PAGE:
Why Brisbane-based decision making keeps hurting the bush

Regional industries stand up for the bush in Rockhampton

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Queensland Resources Council director external relations Kirby Anderson, Central Queensland University associate vice chancellor Kim Harrington, AgForce general manager projects Andrew Freeman at the annual general meeting of Labor for the Regions Queensland, held in the CFMEU offices in Rockhampton.

Queensland Resources Council director external relations Kirby Anderson, Central Queensland University associate vice chancellor Kim Harrington, AgForce general manager projects Andrew Freeman at the annual general meeting of Labor for the Regions Queensland, held in the CFMEU offices in Rockhampton.

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Brisbane's decision making process is continuing the hurt the bush says key regional industries.

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FARMERS, miners and educators fronted Labor for the Regions Queensland's annual general meeting on Saturday to outline challenges facing industries outside Brisbane.

Representatives from AgForce, Queensland Resources Council and Central Queensland University briefed the Labor regional caucus, chaired by one time agriculture minister Leanne Donaldson.

About 20 people attended the meeting held in the CFMEU offices in Rockhampton.

AgForce is running a social media campaign called #Standup4regqld to draw attention to issues facing rural and regional Queensland.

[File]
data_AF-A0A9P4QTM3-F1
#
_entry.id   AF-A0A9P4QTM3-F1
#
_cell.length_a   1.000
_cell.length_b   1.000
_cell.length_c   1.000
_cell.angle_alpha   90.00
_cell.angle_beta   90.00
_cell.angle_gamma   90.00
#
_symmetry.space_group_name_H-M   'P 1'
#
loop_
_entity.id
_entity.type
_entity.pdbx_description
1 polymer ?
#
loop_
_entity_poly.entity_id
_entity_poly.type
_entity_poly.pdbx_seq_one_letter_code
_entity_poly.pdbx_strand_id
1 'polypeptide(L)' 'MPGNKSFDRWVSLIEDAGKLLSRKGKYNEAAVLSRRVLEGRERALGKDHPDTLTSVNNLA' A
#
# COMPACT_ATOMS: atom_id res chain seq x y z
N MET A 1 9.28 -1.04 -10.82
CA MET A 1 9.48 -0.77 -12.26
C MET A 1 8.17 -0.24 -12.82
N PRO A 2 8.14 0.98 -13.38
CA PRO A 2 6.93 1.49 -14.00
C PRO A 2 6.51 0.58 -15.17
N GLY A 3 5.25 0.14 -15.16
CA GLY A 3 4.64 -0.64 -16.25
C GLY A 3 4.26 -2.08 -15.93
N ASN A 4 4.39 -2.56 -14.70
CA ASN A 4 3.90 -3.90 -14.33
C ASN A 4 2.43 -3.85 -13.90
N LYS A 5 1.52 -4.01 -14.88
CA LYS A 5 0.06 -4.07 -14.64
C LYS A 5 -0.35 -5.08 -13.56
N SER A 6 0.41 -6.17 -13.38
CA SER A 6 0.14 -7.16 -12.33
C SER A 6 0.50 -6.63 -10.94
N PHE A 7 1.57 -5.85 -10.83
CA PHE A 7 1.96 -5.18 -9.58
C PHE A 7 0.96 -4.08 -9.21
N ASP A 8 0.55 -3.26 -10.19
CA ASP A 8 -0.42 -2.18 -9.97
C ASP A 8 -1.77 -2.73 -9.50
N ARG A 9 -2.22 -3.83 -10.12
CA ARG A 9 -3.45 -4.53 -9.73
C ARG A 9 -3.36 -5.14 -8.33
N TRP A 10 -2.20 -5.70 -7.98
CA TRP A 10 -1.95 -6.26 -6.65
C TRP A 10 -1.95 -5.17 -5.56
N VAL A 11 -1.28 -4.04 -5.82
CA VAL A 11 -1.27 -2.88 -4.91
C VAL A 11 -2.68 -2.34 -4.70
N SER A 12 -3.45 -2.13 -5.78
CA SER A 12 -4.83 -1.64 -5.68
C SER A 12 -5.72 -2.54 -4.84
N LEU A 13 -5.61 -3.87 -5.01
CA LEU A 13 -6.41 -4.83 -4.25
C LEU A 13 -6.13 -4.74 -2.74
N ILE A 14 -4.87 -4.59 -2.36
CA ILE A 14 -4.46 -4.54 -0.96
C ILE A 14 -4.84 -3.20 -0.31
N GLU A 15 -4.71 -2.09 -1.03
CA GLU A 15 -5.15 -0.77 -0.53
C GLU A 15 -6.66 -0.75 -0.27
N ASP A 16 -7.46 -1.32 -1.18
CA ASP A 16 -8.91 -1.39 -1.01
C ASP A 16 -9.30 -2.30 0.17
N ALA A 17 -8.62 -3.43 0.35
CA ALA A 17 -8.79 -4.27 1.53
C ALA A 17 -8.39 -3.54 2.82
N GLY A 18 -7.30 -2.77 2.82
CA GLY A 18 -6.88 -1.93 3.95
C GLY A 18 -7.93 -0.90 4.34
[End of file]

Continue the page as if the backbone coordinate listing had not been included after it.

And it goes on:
AgForce is running a social media campaign called #Standup4regqld to draw attention to issues facing rural and regional Queensland.

Each representative was given seven minutes to outline their issues facing the industries and then took questions from the audience.

AgForce's general manager - projects, Andrew Freeman, said the meeting was an opportunity to explain how political decisions made for Brisbane often had deleterious impacts on regional communities, businesses and economies.

"It was made clear at Labor's Rockhampton meeting that the decisions being made based on pressure from single issue organisations were having negative impacts on the regions," Mr Freeman said.

"It not just agriculture that being negatively impacted, it is also mining, education, retail, natural resource management and the environment.

"It's a key consideration that needs to be addressed, and anybody that's seeking to govern Queensland needs to consider."

Mr Freeman said decisions being made in the Brisbane were also discouraging young people from working in the regions because of the negative influence social media was having on their decision making.

"All political parties need to understand Queensland as a whole, and political decisions need to reflect this," he said.

AgForce is currently running a social media campaign called #Standup4regqld to draw attention to issues facing rural and regional Queensland in the run up to the next state election legislated to be held on October 31, 2020.

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